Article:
In the end, the Sigma 180mm ƒ/5.6 APO Macro UC is a surprisingly high-performing, one-of-a-kind lens, and usually a bargain if you can find one in reasonable condition…
Out of the dark
Like many older macro lenses, the reproduction ratio goes to 1:2 only. The full 1:1 magnification can be achieved using a 2-diopter close-up lens like the Canon 500D. Even with IBIS, camera movement at close distances can be a sharpness killer at this focal length. With the Sony α7R Ⅱ, I’m not shooting handheld close-ups at less than 1/250s, but I’m not considering myself as particularly stable, so your mileage may vary.
If you start monitoring eBay and the like, you may notice that the Sigma 180mm ƒ/5.6 APO Macro UC exists in two versions: autofocus or manual focus. There are a few reasons that should goad you into seeking for an MF sample. Some AF versions have no aperture ring, so you may be stuck at ƒ/5.6, unless your adapter has contacts so the aperture value can be changed on camera. Besides, the MF version offers a much better focusing experience, thanks to a wider and smoother focusing ring. Not to mention that AF motors in old Sigma lenses are not mechanical prowess, so not having a part that may eventually break is always a good thing. Last, the dreaded “ZEN” finish (an awful plasticky material that always ends up leaking) seems to coat a larger portion of the lens on the AF version, compared to what I’m seeing on its MF sibling… and, yeah, less ZEN is better.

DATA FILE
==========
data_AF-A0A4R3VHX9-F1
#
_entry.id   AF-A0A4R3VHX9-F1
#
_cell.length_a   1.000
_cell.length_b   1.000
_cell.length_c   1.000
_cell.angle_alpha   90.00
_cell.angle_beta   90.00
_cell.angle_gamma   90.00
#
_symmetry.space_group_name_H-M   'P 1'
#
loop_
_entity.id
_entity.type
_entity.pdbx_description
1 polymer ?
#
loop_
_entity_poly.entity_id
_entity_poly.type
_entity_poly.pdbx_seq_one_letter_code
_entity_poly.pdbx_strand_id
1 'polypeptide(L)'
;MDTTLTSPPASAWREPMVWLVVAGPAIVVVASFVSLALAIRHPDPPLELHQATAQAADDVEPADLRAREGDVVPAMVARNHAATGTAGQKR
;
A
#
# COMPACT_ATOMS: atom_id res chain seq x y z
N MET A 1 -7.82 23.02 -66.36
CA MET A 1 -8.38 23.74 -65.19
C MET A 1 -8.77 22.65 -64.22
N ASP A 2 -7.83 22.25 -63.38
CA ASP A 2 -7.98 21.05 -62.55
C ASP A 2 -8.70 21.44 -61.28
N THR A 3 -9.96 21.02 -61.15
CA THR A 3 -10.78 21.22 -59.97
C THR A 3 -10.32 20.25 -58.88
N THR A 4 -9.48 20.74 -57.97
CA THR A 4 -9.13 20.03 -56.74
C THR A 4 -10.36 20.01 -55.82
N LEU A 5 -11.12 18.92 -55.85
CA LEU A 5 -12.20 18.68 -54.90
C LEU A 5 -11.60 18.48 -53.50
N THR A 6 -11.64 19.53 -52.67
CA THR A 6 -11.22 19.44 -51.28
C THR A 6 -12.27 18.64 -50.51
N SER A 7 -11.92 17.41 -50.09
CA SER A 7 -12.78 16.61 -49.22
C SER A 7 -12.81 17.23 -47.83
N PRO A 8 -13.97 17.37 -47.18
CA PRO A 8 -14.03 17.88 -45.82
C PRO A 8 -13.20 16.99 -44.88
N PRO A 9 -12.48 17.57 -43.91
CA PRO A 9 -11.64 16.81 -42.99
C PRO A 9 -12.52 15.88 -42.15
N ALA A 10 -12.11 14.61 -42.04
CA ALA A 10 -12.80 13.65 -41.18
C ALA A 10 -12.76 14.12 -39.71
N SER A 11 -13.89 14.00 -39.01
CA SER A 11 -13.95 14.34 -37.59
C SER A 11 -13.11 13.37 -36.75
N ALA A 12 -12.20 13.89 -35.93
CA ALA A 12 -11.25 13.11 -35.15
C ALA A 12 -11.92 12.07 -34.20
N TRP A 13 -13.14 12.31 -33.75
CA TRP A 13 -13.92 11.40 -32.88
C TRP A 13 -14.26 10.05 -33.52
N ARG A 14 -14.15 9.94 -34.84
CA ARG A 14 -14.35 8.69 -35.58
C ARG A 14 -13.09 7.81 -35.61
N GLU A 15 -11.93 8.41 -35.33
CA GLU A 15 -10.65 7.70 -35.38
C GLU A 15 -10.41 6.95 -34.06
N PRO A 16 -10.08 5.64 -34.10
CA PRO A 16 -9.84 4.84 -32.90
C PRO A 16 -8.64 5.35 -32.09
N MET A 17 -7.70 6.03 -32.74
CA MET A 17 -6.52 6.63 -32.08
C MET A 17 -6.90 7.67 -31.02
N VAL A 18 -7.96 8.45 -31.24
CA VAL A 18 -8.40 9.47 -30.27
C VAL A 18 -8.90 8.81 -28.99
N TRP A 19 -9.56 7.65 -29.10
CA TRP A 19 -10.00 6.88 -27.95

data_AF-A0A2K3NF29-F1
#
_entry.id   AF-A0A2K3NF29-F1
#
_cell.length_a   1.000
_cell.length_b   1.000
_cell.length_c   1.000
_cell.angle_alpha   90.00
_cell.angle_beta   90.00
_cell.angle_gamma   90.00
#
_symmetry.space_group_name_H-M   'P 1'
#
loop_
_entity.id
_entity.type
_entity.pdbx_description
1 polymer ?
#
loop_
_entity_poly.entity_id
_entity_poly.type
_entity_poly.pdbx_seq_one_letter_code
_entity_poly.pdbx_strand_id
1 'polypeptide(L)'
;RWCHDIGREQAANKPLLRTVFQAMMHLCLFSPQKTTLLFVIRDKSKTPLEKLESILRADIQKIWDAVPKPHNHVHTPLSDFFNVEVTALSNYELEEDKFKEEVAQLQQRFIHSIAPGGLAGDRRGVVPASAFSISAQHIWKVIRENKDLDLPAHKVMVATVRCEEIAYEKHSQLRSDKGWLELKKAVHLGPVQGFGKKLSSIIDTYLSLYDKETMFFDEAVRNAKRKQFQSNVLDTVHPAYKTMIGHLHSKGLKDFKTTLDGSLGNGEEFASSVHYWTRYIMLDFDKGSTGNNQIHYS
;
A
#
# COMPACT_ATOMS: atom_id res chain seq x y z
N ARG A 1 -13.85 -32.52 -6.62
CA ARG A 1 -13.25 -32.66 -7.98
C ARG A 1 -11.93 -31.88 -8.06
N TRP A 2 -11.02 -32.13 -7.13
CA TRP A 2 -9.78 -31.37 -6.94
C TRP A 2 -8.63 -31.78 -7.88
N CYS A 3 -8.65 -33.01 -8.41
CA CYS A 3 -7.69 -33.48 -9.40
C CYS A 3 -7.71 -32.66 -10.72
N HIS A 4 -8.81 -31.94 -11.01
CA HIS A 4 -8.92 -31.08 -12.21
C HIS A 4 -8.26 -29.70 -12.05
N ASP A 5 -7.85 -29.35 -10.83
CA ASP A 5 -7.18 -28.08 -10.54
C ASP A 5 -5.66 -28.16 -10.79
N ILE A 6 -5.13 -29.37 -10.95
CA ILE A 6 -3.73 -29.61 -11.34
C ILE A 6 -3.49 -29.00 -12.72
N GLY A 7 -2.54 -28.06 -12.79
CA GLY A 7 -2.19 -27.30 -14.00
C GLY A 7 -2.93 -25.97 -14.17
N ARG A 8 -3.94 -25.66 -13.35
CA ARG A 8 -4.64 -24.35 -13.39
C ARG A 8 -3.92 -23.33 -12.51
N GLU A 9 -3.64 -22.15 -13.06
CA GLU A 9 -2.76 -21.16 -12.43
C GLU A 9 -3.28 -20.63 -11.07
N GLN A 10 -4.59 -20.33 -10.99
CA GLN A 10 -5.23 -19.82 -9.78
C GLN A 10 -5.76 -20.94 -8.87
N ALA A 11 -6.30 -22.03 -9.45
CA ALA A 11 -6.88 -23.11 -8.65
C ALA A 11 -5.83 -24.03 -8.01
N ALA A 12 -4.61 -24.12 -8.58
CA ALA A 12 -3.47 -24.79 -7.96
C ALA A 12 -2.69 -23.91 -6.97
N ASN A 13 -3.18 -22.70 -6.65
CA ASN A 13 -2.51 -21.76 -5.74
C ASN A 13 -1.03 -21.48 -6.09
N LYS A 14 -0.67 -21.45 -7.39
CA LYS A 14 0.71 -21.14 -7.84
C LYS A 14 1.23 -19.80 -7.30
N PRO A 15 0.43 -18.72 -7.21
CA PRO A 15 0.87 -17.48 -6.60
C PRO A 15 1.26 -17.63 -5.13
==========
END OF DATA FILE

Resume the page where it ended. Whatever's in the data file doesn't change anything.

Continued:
Due to the short throw of the focusing ring at non-macro distances, focusing for distant scenes can be very tricky. An extremely minute rotation can drastically change the focusing point, especially near infinity, and even at stopped down apertures, it makes a lot of difference. My particular combination of lens-adapter-camera allows focusing beyond infinity, so I can’t rely on the hard stop. If you’re shooting a landscape where you want sharp focus from say 100 meters to infinity, don’t focus on the most distant object you can see. Also, don’t rely too much on focus peaking for distant shooting, but magnify the viewfinder / LCD view as much as possible to nail the focus.
Which mount should you choose? Well, the lens is so rare that it’s unlikely you have a choice to make in the first place, so the question is more is the mount relevant?. For mirrorless cameras, the answer is not really, since adapters for all mounts are readily available. The Nikon F variant has the usual reverse Nikon focusing ring direction, and, well, that’s all you need to know.
Which adapter? While expensive ones from Novoflex and Rayqual are reliable in terms of build quality and tolerances, some much less expensive adapters are not necessarily worse. For instance, K&F Concept’s latest line of adapters (with a copper-colored ring near the mount) are much more affordable, and from what it seems, received a similar level of care in the design and manufacturing. They are sturdy, provide firm mounting, and feature nice touches like a matte inner finish to reduce potential issues caused by internal reflections—something hitherto only found on expensive adapters. The lens and adapter combo weighs about 500 grams.
Last, if not having lens-related info in the Exif data of your files bothers you, you can add them with the free Lightroom plugin LensTagger.
© 2020 Florent Chouffot, all rights reserved.